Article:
Last night friends from around the world reunited in Kigali, Rwanda to begin our week long program of learning and reflection. From our summer in Brattleboro, Vermont to the hills of Rwanda, students from Nigeria, Palestine, Sudan, Uganda, Congo, Afghanistan, India and US came together once again to study peace and reconcilliation. It seemed like a miracle, envisioning the planes flying from many continents to this small country in East Africa to bring us back together.
We began the program with a presentation by Suzanne Ruboneka, Director of the Peace Action Campaign for ProFemmes, an umbrella organization that coordinates a wide range of over 58 NGO’s run by and for women in Rwanda.
It was clear from listening to Suzanne that every Rwandan could write a book about his or her story during the genocide. After the tragic events of 1994 the country was 70% women. Many were displaced, had been raped and contracted aids, and most were widows. They had many different political affiliations and did not trust one another. Women had the need to develop their own programs to show their strength and build unity amongst themselves. Profemme began work to help organizations for women develop and through their efforts advocated to change all laws of discrimination to women in Rwanda as well as reach the rural communities and lift women into positions of empowerment through microfinancing.
ProFemme mobilized women to vote and was instrumental in the development of Rwanda’s quota of 30% representation of women in decision-making positions in government. Although the quote is 30% women actually hold 56% of the seats in parliament! Today Rwanda’s President of Parliament, Vice President of Senate, Minister of Justice, Health and Foreign Affiars are all women.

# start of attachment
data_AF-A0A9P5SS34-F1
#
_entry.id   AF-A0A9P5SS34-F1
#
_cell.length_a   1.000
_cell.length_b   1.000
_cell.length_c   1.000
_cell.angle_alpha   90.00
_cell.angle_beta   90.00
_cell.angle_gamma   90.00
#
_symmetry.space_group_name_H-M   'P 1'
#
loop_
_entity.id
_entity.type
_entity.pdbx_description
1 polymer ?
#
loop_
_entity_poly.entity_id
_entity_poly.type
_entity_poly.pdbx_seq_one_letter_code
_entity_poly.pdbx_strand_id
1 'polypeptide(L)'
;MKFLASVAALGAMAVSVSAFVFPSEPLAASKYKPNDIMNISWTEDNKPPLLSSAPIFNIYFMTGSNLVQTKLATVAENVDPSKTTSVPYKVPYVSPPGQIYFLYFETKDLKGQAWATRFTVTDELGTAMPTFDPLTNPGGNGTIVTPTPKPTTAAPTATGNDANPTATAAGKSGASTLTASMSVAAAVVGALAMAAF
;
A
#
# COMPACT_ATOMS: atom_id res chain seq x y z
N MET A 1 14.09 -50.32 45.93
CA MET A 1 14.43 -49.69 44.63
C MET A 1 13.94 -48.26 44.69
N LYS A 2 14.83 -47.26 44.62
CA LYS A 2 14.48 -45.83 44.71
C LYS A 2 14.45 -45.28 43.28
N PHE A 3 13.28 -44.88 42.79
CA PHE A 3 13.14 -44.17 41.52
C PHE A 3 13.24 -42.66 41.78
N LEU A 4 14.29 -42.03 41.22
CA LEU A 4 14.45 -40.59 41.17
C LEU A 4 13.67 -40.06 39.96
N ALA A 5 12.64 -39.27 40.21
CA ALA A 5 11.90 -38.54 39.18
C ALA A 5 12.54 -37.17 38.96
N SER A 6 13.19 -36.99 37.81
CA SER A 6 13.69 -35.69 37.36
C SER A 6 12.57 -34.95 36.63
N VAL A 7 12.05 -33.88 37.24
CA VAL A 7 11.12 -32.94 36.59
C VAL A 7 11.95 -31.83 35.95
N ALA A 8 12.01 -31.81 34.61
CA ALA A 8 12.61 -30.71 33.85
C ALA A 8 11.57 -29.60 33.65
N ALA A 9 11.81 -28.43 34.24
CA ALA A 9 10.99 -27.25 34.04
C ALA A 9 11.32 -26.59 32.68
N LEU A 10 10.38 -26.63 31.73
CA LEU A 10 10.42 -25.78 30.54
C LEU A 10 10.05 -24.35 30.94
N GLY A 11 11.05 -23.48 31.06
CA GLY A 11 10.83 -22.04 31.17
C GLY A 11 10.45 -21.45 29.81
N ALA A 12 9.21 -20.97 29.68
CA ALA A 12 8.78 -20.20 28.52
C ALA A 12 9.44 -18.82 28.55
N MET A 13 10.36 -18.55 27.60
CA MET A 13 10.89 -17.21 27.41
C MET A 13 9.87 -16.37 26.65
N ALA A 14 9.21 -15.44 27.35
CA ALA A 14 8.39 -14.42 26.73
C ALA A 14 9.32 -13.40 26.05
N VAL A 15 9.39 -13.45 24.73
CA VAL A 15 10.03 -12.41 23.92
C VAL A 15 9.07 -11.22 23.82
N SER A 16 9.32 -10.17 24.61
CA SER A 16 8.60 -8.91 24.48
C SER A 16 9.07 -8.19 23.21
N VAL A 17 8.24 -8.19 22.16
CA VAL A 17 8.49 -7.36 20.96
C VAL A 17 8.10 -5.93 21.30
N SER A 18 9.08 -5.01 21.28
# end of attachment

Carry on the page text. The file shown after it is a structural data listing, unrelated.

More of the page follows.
Above, our SIT Director, Adin Thayer, presents Suzanne with a canvas shopping bag as a gift. There are no plastic bags allowed into the country for Rwanda.
The afternoon was more sombering as we entered Rwanda’s Genocide Memorial Museum. Pictured above is one of the “Windows of Hope” in the museum by artist Adryn Halter, whose father was a holocaust survivor of Auschwitz. We each walked the museum at our own pace for 2 hours. The only sound I heard was the tears of my good friends. There are no words to describe the heaviness felt after this visit. Many thoughts and emotions were expressed during our peace circle practice that followed. An excercise where we all learned the importance of speaking and listening from the heart and the practice of bearing witness to things as they are “including all forms of joy and suffering in the world”.
Our Coordinator Issa did a wonderful job facilitating our group through this process and left us wuith a wonderful quote….
“Our task must be to free ourselves by widening our circle of compassion to embrace all living creatures and the whole of nature in its beauty”- Albert Einstein
On a more uplifitng note… we ended the night with a fantastic dinner at the home of our SIT coordinator from last summer, Jessee Rouette and his wife, Emily who are living in Rwanda for 2 years with their adorable 2 year old son. I had my fill of cuteness playing with him and kept him occupied sorting bottle caps. Did you know that a can of bottle caps can be used to teach colors, help with counting, transform into instruments and get a child dancing? Thats what I love about Africa. We seem to find ways to entertain and interact that we may never have engaged in at home.